UK - The volume of buyout transactions will rise to £5bn (US$7.9bn) in 2010 as prices become lower and more stable, the Society of Pension Consultants predicted.
The trade body said it is seeing "convincing signs" that pensions restructures and de-risking strategies such as buyouts would return to life strongly in 2010.
It said de-risking still remains the key issue for sponsoring employers and credit spreads have narrowed during 2009 enabling buyout pricing to lower and become more certain.
SPC president Duncan Howorth said: "I expect buyout transactions in 2010 to rise to £5bn. We have had a number of discussions about the shape of the pensions market with our members and the signs are that corporate activity involving pension schemes will become a prevalent feature of M&A in 2010."
This comes a week after the Merchant Navy Officers Pension Fund has insured around £500m of its pension liabilities through a bulk annuity buy-in deal with Lucida (Global Pensions, September 30, 2009).
And it also comes after the announcement Jessops was set to sell its main operating company to a special purpose vehicle owned by its bank, pension scheme and an employee trust (Global Pensions, September 29, 2009).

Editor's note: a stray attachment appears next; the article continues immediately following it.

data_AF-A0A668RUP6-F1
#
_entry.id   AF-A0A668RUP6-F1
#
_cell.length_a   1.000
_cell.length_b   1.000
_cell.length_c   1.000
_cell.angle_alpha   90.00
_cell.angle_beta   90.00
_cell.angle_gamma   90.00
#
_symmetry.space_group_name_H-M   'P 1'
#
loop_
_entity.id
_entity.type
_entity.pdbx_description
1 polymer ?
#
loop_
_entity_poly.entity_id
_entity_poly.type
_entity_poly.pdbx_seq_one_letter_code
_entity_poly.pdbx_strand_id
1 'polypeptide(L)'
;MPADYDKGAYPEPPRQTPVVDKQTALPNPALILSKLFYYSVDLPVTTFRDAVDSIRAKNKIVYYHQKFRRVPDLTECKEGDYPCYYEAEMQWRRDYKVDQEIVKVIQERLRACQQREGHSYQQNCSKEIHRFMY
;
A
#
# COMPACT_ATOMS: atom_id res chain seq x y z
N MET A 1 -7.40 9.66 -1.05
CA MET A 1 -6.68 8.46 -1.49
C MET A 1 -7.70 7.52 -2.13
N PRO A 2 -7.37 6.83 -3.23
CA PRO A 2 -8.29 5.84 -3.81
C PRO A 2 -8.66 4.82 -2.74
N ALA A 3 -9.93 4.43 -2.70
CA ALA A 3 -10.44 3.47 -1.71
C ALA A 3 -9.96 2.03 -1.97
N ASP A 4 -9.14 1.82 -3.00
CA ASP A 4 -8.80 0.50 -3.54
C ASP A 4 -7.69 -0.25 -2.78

The SPC said such deals demonstrated that resolving pension deficit problems remained an active issue.
Howorth added: "We are seeing increased activity again, the appearance of capital to finance deals and the acceptance of innovative solutions and we anticipate the return of the buyout market next year.
"Lucida received additional shareholder capital of £80 million to help the MNOPF deal, and the transformed Jessops business shows that the Pensions Regulator is prepared to support corporate re-structures that improve an employer covenant. In the case of Jessops, this innovative solution avoids a further call on the PPF."
The Pension Protection Fund (PPF) is consulting on proposals to charge a "risk reflective" levy for commercial defined benefit (DB) consolidation vehicles.
The funding gap across FTSE 350 schemes could be slashed by as much as £275bn if schemes look beyond traditional ways of creating value. Victoria Ticha examines how
There will be "many flavours" of defined benefit (DB) consolidators but consolidation will only be the right answer for a minority of schemes, Alan Rubenstein says.
Work and Pensions Committee (WPC) chairman Frank Field has questioned the regulator on what lessons it can learn from the experience of the Kodak Pension Plan No.2 (KPP2).